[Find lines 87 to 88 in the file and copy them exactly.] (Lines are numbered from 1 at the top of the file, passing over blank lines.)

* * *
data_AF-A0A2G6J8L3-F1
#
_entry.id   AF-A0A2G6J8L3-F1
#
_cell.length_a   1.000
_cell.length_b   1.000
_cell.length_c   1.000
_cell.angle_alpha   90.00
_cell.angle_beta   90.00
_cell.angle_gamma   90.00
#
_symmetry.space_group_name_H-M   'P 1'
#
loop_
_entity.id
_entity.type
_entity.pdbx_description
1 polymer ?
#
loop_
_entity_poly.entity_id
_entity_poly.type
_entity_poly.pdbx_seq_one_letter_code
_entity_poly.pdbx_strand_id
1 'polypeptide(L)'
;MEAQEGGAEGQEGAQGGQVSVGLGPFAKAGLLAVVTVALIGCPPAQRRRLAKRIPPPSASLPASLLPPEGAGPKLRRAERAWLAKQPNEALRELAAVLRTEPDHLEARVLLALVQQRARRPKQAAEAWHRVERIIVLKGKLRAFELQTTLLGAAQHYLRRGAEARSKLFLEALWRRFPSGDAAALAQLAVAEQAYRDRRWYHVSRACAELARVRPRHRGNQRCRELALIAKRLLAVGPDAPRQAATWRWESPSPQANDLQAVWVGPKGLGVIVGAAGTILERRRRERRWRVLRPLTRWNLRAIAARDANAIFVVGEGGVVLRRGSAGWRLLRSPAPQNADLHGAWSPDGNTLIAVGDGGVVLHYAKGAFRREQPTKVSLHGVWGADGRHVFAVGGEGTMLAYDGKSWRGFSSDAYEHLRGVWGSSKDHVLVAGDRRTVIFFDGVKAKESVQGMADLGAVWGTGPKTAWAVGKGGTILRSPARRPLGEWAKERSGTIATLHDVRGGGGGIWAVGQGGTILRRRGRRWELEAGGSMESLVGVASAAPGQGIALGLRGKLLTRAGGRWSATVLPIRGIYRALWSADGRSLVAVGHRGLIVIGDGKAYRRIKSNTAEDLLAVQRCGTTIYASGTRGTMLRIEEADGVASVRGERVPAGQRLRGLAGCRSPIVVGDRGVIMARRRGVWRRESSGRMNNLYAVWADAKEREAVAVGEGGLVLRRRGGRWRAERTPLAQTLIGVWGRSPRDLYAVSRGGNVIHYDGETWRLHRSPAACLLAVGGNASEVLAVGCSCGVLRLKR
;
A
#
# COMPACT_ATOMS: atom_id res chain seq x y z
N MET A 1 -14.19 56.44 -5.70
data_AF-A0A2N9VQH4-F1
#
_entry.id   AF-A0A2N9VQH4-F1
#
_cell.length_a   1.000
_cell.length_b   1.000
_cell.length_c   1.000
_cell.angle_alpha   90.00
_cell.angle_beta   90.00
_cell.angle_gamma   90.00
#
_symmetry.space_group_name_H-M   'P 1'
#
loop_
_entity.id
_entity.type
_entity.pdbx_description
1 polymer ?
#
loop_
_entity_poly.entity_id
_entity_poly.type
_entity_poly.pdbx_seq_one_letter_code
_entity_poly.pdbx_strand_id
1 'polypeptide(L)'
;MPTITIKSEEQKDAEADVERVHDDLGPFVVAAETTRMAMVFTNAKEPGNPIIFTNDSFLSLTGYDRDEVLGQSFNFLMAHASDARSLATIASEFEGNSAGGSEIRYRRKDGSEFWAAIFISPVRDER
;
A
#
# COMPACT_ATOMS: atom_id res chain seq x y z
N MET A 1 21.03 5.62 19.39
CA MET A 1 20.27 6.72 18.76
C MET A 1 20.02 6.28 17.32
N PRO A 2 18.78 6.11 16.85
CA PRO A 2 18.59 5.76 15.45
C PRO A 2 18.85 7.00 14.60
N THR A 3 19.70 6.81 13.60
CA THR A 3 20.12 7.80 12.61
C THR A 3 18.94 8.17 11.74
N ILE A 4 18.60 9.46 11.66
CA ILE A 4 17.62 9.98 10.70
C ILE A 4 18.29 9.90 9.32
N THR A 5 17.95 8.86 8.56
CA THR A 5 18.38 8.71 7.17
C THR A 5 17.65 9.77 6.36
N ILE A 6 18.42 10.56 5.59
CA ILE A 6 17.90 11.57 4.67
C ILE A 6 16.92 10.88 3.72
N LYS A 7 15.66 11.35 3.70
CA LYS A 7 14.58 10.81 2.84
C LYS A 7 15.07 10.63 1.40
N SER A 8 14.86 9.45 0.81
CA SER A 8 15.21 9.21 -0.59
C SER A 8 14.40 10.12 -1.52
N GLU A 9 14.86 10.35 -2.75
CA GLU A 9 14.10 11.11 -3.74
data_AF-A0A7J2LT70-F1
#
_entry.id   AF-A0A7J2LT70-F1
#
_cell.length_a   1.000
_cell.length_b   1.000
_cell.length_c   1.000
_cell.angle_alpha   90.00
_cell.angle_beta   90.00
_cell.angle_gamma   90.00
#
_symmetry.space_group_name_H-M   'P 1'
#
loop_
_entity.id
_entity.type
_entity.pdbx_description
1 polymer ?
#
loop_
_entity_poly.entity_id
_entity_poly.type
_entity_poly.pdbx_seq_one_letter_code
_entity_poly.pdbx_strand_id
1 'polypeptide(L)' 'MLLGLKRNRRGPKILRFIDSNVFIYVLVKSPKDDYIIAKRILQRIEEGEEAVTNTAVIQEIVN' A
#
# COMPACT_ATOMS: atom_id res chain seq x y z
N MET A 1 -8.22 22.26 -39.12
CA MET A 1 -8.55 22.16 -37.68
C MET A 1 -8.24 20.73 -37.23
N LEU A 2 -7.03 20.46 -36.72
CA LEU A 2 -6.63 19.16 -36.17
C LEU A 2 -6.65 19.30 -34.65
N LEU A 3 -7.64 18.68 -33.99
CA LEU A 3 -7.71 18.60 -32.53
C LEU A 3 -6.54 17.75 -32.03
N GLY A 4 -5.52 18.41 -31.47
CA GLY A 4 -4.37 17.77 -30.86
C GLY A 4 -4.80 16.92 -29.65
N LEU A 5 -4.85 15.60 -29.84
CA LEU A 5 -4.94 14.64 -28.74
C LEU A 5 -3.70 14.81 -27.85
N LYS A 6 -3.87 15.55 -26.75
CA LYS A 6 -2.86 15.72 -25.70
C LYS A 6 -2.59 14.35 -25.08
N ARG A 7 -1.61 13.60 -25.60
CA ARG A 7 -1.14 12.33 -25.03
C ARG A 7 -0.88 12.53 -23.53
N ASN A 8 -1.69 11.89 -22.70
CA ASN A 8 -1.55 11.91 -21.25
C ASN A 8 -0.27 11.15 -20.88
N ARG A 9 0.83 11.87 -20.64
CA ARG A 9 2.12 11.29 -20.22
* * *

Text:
CA GLU A 9 14.10 11.11 -3.74
data_AF-A0A7J2LT70-F1